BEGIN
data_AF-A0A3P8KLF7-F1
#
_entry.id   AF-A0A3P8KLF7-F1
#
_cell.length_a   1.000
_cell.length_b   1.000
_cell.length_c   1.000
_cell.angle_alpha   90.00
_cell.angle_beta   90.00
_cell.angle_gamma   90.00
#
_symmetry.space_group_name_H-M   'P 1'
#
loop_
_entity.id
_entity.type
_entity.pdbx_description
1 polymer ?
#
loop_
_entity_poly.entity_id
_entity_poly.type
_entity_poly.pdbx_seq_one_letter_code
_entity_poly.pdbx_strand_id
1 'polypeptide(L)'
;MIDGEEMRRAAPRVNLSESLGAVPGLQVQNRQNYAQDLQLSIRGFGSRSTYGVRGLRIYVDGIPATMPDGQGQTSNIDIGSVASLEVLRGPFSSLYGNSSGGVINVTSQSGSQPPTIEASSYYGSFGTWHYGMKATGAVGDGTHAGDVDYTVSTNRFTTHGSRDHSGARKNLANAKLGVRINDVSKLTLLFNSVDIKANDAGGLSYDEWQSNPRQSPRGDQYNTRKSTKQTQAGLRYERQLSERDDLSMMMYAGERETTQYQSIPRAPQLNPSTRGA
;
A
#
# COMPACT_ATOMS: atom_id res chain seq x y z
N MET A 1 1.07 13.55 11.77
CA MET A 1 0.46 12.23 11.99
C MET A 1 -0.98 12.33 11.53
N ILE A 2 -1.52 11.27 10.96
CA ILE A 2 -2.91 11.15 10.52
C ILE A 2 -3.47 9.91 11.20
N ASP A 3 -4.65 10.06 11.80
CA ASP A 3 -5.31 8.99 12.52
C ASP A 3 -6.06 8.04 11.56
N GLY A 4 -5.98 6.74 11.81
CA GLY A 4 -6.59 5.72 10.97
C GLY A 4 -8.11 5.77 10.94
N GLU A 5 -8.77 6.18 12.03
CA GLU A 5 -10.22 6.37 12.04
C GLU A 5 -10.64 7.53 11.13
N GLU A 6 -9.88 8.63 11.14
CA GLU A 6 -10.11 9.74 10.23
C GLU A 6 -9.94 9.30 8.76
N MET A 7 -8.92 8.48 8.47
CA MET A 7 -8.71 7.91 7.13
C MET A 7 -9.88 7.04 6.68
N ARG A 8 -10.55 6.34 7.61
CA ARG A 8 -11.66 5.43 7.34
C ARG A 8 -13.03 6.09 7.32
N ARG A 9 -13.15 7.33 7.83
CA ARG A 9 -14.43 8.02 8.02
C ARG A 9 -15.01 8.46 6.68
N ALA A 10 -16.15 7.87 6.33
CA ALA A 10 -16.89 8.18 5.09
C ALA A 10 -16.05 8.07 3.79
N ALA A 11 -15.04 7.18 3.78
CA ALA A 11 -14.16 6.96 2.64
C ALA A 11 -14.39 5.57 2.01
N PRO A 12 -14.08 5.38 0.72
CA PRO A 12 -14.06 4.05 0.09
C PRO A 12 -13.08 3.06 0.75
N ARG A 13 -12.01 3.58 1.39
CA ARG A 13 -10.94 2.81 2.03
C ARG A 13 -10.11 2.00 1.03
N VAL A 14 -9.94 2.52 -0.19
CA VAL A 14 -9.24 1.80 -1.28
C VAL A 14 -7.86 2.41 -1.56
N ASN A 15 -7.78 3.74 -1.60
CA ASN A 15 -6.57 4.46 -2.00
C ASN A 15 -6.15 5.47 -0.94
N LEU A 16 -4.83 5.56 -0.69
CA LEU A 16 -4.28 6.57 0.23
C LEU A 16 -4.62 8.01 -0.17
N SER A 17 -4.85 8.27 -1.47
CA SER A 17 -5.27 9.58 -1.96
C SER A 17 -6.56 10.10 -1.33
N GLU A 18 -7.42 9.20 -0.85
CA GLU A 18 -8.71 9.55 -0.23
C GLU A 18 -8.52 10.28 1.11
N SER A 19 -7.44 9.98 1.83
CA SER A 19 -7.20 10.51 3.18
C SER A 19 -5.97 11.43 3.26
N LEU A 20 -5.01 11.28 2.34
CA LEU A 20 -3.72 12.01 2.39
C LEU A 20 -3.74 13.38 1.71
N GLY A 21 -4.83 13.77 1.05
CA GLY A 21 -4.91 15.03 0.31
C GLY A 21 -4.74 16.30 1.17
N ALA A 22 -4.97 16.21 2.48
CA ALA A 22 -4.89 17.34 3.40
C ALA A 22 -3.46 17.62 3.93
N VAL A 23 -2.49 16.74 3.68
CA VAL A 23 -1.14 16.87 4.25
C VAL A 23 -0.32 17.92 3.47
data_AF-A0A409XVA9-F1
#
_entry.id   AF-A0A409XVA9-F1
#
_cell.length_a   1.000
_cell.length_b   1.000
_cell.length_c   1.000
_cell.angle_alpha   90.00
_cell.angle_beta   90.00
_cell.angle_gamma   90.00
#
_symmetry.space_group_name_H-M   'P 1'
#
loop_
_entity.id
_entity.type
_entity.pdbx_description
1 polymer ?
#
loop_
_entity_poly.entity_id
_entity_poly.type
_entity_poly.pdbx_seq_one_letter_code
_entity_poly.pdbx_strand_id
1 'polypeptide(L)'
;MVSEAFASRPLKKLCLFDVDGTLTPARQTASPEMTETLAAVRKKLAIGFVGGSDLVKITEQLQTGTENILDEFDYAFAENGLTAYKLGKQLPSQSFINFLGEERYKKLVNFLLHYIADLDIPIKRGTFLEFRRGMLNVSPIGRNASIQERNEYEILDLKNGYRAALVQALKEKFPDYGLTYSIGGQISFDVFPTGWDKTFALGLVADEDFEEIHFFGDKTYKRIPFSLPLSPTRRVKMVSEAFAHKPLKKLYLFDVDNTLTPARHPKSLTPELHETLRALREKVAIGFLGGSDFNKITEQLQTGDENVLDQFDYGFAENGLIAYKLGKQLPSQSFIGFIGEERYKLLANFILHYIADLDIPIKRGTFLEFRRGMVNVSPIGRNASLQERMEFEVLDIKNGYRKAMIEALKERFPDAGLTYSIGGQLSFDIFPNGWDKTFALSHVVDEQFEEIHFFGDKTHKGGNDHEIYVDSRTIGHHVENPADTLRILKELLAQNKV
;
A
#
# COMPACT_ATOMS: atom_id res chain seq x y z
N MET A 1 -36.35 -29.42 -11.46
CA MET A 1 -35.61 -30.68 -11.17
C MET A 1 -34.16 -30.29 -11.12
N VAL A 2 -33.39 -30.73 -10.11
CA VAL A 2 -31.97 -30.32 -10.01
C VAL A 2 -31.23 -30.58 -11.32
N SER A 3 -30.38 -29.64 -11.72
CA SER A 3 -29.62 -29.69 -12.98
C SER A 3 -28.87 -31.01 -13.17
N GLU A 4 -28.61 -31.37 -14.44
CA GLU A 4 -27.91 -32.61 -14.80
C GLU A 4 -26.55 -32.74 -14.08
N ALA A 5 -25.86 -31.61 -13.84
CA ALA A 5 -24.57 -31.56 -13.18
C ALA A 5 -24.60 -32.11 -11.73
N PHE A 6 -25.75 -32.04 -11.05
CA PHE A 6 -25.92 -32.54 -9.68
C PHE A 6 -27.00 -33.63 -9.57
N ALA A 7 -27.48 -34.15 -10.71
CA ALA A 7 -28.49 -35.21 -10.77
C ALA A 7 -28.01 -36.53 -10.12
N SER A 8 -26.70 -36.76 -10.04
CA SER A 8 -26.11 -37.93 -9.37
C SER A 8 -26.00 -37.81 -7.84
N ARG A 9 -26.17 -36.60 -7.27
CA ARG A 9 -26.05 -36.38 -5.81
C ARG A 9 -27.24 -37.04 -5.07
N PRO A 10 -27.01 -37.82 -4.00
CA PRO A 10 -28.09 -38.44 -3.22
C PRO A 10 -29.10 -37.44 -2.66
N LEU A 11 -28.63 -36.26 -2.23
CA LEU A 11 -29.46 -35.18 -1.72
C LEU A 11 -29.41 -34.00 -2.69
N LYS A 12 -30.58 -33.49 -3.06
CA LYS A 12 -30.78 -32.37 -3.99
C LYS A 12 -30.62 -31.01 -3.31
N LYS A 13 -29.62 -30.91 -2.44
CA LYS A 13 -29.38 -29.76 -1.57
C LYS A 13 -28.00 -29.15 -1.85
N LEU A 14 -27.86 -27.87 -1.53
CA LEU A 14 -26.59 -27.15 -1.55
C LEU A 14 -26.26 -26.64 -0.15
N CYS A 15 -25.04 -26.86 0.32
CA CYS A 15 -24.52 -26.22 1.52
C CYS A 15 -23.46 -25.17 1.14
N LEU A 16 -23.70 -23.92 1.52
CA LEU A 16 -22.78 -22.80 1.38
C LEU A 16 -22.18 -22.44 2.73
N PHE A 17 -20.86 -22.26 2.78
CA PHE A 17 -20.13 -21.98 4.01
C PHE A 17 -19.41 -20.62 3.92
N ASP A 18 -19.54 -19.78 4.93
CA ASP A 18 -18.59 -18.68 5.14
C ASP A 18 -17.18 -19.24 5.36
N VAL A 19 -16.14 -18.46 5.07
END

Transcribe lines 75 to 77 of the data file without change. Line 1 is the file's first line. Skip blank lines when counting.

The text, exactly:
C ASN A 15 -6.15 5.47 -0.94
N LEU A 16 -4.83 5.56 -0.69
CA LEU A 16 -4.28 6.57 0.23